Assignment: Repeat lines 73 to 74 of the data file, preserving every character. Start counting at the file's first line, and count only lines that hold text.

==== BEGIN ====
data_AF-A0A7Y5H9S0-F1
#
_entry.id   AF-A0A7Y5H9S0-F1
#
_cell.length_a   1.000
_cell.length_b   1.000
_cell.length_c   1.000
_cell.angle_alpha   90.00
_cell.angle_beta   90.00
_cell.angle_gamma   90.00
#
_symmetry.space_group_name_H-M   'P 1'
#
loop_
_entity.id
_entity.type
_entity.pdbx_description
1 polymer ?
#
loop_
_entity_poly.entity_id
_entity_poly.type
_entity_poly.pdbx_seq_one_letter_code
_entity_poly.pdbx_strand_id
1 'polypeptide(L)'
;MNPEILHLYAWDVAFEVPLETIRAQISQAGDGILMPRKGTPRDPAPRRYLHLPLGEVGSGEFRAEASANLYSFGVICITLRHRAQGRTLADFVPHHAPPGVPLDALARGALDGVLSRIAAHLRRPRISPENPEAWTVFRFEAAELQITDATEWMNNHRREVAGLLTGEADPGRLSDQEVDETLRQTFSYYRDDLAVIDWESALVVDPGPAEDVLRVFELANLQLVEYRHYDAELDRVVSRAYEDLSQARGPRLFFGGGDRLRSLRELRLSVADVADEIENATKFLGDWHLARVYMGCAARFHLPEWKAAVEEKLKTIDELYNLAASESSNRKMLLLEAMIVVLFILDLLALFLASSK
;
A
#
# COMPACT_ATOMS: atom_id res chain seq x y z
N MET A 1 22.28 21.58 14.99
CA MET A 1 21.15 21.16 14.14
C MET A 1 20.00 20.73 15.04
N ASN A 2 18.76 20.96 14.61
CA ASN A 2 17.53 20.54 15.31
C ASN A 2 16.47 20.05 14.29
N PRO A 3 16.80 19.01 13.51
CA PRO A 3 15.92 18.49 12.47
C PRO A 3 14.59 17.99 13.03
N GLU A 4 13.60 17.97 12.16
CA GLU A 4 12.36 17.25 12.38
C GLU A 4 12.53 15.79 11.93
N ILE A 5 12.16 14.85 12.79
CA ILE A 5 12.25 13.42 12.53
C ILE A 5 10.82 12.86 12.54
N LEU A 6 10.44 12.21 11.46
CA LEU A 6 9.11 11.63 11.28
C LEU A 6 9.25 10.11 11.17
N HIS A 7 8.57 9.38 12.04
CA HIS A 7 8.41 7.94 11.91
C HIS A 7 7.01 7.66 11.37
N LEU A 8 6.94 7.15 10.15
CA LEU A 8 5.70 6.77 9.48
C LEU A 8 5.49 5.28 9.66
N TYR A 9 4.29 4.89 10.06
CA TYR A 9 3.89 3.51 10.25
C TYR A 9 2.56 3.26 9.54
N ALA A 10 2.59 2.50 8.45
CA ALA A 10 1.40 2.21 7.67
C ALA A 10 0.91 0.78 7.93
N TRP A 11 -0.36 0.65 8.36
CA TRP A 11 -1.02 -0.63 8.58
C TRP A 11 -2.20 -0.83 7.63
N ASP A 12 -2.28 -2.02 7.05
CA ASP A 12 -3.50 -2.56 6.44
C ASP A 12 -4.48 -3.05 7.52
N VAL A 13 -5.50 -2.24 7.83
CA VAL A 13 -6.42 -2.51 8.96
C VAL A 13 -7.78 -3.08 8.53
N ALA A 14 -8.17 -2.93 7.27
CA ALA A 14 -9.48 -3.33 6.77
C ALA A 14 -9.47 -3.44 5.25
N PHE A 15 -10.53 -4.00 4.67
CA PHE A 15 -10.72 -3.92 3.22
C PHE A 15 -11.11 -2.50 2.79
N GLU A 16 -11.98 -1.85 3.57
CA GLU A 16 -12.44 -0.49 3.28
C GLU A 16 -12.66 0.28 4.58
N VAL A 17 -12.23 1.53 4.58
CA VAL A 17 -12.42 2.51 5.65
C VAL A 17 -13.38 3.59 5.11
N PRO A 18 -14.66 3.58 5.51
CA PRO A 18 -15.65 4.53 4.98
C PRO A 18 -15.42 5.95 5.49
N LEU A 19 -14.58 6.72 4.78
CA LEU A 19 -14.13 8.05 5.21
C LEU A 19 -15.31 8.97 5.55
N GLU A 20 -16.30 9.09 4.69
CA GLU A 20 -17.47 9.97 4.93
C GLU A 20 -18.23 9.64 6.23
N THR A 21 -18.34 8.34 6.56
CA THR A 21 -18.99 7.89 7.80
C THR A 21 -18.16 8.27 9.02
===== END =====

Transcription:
N PHE A 15 -10.53 -4.00 4.67
CA PHE A 15 -10.72 -3.92 3.22